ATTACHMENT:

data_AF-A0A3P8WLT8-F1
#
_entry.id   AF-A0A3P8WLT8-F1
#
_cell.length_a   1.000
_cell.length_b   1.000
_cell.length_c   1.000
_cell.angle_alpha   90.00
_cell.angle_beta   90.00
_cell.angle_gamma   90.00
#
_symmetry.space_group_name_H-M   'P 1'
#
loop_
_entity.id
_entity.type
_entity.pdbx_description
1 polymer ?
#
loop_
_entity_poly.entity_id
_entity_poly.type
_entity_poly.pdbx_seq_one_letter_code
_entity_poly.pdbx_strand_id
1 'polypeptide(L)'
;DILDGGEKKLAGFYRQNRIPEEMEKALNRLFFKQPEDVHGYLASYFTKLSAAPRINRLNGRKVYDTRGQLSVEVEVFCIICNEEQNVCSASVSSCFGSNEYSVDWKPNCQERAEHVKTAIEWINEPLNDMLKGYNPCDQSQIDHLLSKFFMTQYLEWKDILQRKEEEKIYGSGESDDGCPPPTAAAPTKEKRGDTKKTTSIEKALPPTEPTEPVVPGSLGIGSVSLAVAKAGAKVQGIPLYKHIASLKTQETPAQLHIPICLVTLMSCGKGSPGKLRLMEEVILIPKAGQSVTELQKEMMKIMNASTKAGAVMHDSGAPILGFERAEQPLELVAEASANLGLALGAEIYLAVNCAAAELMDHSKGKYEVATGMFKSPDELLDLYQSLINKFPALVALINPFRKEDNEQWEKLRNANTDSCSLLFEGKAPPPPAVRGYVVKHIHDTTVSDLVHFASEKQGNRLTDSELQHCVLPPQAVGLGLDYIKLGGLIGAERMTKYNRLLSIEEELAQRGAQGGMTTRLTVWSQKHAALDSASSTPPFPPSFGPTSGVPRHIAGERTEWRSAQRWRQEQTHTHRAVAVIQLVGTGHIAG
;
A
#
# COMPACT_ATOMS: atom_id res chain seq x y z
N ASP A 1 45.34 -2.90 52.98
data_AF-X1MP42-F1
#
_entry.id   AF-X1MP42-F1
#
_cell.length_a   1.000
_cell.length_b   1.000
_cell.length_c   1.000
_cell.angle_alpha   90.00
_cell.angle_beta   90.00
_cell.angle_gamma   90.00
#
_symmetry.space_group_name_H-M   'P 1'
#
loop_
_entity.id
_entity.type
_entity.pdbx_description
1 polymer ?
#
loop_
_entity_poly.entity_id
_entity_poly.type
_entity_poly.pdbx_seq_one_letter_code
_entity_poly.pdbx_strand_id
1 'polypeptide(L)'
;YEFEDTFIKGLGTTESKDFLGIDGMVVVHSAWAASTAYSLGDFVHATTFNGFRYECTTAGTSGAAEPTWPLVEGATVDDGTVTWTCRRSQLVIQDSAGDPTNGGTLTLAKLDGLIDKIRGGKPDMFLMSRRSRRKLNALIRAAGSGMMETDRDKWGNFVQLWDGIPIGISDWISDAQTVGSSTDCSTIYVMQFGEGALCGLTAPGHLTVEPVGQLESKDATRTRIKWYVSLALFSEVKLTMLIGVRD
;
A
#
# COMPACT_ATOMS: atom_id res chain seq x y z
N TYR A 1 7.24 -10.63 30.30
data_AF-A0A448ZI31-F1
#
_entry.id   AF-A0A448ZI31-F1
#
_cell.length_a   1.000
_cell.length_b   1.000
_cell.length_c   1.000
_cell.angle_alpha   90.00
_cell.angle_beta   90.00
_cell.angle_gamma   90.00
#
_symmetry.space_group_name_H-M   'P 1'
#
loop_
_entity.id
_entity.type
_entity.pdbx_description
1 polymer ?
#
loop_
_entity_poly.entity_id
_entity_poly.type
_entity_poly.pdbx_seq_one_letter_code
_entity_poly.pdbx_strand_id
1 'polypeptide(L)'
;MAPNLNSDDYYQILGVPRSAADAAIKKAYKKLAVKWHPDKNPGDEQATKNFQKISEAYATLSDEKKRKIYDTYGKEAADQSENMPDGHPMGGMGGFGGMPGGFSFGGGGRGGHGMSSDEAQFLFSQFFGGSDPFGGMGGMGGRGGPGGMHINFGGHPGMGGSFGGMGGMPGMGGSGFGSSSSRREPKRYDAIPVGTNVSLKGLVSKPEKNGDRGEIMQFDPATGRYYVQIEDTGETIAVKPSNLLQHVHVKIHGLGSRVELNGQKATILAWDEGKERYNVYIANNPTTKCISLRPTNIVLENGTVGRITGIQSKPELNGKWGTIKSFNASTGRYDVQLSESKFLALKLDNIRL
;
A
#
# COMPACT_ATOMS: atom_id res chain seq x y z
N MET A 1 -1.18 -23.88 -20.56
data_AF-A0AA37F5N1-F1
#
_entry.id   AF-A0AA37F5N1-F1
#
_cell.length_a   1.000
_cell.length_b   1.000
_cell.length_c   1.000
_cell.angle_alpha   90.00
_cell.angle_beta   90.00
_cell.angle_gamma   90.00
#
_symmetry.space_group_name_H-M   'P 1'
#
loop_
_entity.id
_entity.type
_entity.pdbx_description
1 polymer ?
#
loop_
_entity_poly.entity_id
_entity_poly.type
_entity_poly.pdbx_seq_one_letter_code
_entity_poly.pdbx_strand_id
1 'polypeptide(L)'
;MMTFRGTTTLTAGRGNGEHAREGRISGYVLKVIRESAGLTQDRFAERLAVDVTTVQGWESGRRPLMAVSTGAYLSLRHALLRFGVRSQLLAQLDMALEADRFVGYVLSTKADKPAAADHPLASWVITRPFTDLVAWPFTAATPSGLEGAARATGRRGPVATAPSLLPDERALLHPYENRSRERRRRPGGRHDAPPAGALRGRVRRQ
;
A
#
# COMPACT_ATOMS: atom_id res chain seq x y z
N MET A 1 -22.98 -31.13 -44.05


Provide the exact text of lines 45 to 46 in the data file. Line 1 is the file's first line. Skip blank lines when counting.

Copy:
loop_
_entity.id